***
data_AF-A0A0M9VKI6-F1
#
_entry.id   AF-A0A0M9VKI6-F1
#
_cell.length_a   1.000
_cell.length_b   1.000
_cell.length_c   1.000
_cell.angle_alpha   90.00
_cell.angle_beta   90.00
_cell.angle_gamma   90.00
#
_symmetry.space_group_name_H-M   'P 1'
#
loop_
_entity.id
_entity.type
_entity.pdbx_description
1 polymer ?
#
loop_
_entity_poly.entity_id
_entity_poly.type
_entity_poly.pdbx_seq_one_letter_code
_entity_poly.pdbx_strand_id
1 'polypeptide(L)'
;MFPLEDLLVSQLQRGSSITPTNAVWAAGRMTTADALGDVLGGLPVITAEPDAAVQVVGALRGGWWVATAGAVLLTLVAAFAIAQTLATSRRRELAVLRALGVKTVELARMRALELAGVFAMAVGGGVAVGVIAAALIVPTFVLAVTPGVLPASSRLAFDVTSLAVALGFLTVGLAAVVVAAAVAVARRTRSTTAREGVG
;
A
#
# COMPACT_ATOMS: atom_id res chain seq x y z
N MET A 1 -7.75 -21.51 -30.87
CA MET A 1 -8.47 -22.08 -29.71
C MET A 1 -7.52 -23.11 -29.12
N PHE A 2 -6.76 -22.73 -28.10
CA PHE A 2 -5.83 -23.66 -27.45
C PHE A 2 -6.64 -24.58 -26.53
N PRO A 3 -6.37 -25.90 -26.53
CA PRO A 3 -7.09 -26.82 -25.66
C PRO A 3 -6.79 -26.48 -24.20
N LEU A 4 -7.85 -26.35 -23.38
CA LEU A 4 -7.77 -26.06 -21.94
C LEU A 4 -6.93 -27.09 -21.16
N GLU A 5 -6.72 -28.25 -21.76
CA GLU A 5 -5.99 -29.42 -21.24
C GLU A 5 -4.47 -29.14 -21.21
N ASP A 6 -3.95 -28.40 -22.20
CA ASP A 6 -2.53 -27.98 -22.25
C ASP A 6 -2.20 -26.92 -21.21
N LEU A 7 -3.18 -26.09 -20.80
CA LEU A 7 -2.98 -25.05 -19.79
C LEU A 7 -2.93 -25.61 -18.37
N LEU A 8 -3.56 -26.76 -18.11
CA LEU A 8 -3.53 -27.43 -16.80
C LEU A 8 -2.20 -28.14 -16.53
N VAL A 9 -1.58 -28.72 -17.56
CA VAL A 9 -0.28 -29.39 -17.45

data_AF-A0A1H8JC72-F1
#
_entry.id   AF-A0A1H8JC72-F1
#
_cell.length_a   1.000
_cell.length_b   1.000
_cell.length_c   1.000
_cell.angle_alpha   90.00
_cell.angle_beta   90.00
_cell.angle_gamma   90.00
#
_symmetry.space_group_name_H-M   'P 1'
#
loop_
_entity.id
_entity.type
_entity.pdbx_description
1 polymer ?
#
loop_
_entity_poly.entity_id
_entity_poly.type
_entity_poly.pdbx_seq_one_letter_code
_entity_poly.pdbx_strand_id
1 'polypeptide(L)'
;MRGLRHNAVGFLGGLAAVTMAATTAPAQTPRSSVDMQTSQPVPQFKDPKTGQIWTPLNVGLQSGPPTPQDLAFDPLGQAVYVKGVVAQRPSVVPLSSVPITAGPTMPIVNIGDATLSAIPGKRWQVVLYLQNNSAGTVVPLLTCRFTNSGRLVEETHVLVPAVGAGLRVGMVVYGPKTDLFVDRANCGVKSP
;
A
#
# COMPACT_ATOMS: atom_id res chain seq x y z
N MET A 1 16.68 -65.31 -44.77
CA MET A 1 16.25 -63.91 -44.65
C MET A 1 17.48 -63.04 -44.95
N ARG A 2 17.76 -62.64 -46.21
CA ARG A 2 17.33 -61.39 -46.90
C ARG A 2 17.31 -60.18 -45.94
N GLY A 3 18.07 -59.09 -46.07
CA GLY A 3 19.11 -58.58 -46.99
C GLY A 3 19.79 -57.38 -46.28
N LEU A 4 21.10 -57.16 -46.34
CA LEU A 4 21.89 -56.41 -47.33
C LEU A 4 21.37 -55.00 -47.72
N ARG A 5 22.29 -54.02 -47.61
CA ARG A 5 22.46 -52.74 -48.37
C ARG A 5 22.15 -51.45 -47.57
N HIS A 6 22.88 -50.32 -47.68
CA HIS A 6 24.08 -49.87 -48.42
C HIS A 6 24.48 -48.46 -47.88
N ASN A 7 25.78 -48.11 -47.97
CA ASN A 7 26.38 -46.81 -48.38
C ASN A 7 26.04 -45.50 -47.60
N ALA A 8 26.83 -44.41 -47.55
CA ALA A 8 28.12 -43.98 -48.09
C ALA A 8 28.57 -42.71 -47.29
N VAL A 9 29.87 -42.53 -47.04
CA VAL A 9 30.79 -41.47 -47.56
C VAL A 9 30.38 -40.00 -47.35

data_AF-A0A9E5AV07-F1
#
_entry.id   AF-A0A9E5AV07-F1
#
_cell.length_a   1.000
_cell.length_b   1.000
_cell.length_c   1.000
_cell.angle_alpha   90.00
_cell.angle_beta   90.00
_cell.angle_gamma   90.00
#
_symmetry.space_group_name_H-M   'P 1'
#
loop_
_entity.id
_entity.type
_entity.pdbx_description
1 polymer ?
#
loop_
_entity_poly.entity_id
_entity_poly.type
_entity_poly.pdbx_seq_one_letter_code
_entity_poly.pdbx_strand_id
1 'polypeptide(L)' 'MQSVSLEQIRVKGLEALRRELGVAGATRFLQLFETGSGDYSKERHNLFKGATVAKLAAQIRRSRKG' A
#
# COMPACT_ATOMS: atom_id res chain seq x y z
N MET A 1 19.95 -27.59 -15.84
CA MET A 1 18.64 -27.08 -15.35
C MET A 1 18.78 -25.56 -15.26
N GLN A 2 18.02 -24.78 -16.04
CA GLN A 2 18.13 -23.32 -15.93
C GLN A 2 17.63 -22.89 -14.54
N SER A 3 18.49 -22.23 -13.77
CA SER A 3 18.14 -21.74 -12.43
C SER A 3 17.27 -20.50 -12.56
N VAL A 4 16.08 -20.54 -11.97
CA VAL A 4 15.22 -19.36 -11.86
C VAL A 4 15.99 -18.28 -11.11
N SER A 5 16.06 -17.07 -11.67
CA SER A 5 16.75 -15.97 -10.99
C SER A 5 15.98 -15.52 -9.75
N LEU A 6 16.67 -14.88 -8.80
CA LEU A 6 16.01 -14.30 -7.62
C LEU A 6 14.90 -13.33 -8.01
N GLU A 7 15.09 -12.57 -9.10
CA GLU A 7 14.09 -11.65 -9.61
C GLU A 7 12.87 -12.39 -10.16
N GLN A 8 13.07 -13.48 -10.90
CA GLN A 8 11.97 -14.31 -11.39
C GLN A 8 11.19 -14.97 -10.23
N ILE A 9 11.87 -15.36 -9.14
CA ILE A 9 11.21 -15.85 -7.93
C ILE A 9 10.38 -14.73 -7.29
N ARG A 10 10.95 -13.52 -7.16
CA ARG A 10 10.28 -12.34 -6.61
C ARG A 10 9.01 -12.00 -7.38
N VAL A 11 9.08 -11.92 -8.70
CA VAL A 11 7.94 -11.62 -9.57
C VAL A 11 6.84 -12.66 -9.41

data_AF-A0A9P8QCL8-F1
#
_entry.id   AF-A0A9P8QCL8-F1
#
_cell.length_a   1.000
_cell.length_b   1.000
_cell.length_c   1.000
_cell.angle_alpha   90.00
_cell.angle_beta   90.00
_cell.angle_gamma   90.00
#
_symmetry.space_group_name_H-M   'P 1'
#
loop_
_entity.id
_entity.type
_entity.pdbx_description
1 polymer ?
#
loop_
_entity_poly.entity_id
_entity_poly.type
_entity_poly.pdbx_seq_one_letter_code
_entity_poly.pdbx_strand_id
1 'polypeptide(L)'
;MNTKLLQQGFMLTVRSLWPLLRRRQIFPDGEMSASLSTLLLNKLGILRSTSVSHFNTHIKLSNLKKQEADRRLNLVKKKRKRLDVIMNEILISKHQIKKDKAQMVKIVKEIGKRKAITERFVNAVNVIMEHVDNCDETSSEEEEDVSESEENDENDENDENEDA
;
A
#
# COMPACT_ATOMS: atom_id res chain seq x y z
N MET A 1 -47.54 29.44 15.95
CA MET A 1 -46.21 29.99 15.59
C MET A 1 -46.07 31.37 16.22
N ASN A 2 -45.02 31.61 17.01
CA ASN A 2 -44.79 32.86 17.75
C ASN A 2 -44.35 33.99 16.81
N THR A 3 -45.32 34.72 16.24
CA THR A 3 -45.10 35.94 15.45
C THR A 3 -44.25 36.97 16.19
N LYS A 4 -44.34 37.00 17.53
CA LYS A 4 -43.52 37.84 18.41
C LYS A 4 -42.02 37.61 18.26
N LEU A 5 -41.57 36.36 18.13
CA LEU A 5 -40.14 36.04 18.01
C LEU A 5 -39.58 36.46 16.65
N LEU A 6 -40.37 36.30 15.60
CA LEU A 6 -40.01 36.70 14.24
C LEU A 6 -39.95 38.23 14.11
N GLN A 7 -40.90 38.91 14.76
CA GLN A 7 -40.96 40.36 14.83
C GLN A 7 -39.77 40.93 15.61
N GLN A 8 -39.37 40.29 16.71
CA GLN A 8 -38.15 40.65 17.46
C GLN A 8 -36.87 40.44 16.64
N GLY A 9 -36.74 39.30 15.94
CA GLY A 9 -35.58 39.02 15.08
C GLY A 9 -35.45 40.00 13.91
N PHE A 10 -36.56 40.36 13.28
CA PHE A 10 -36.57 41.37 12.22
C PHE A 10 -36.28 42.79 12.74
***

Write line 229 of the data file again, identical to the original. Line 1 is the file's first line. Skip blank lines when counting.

CA GLY A 9 -35.58 39.02 15.08